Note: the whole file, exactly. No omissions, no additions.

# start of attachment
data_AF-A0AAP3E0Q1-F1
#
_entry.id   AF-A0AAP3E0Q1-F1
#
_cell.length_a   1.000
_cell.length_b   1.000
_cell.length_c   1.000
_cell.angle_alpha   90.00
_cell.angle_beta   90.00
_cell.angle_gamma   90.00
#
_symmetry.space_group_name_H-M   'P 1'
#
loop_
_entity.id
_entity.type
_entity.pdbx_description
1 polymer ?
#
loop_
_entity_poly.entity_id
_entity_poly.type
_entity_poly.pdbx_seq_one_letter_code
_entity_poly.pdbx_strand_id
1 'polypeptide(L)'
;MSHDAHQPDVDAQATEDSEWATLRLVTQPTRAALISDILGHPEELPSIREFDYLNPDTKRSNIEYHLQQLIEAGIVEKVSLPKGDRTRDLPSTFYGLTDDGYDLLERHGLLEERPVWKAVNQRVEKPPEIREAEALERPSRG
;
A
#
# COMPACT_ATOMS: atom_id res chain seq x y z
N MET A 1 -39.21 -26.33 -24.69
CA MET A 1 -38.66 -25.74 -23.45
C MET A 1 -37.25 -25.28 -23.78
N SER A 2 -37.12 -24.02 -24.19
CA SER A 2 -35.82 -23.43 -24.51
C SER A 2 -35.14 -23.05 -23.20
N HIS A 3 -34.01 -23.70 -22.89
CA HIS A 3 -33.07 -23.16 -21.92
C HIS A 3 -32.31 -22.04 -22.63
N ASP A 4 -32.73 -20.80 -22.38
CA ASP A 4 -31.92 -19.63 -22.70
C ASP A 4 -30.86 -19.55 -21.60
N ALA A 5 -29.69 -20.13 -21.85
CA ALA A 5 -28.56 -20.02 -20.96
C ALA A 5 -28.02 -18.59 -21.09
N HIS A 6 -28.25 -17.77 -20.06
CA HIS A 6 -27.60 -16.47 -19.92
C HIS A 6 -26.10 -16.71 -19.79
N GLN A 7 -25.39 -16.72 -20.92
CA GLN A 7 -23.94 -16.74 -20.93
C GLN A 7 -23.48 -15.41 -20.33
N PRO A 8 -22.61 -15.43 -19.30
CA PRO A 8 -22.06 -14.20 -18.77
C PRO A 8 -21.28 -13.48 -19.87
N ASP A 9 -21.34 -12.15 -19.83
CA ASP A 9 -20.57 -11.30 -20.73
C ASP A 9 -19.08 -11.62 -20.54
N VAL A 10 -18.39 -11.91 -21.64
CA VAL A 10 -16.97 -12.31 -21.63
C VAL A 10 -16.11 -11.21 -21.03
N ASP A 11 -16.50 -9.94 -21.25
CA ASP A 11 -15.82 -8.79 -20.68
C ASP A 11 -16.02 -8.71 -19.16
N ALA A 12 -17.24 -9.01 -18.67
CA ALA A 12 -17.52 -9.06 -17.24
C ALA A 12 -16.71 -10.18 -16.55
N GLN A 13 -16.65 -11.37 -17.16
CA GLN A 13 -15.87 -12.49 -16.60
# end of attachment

data_AF-A0AAP3E0Q1-F1
#
_entry.id   AF-A0AAP3E0Q1-F1
#
_cell.length_a   1.000
_cell.length_b   1.000
_cell.length_c   1.000
_cell.angle_alpha   90.00
_cell.angle_beta   90.00
_cell.angle_gamma   90.00
#
_symmetry.space_group_name_H-M   'P 1'
#
loop_
_entity.id
_entity.type
_entity.pdbx_description
1 polymer ?
#
loop_
_entity_poly.entity_id
_entity_poly.type
_entity_poly.pdbx_seq_one_letter_code
_entity_poly.pdbx_strand_id
1 'polypeptide(L)'
;MSHDAHQPDVDAQATEDSEWATLRLVTQPTRAALISDILGHPEELPSIREFDYLNPDTKRSNIEYHLQQLIEAGIVEKVSLPKGDRTRDLPSTFYGLTDDGYDLLERHGLLEERPVWKAVNQRVEKPPEIREAEALERPSRG
;
A
#
# COMPACT_ATOMS: atom_id res chain seq x y z
N MET A 1 -39.21 -26.33 -24.69
CA MET A 1 -38.66 -25.74 -23.45
C MET A 1 -37.25 -25.28 -23.78
N SER A 2 -37.12 -24.02 -24.19
CA SER A 2 -35.82 -23.43 -24.51
C SER A 2 -35.14 -23.05 -23.20
N HIS A 3 -34.01 -23.70 -22.89
CA HIS A 3 -33.07 -23.16 -21.92
C HIS A 3 -32.31 -22.04 -22.63
N ASP A 4 -32.73 -20.80 -22.38
CA ASP A 4 -31.92 -19.63 -22.70
C ASP A 4 -30.86 -19.55 -21.60
N ALA A 5 -29.69 -20.13 -21.85
CA ALA A 5 -28.56 -20.02 -20.96
C ALA A 5 -28.02 -18.59 -21.09
N HIS A 6 -28.25 -17.77 -20.06
CA HIS A 6 -27.60 -16.47 -19.92
C HIS A 6 -26.10 -16.71 -19.79
N GLN A 7 -25.39 -16.72 -20.92
CA GLN A 7 -23.94 -16.74 -20.93
C GLN A 7 -23.48 -15.41 -20.33
N PRO A 8 -22.61 -15.43 -19.30
CA PRO A 8 -22.06 -14.20 -18.77
C PRO A 8 -21.28 -13.48 -19.87
N ASP A 9 -21.34 -12.15 -19.83
CA ASP A 9 -20.57 -11.30 -20.73
C ASP A 9 -19.08 -11.62 -20.54
N VAL A 10 -18.39 -11.91 -21.64
CA VAL A 10 -16.97 -12.31 -21.63
C VAL A 10 -16.11 -11.21 -21.03
N ASP A 11 -16.50 -9.94 -21.25
CA ASP A 11 -15.82 -8.79 -20.68
C ASP A 11 -16.02 -8.71 -19.16
N ALA A 12 -17.24 -9.01 -18.67
CA ALA A 12 -17.52 -9.06 -17.24
C ALA A 12 -16.71 -10.18 -16.55
N GLN A 13 -16.65 -11.37 -17.16
CA GLN A 13 -15.87 -12.49 -16.60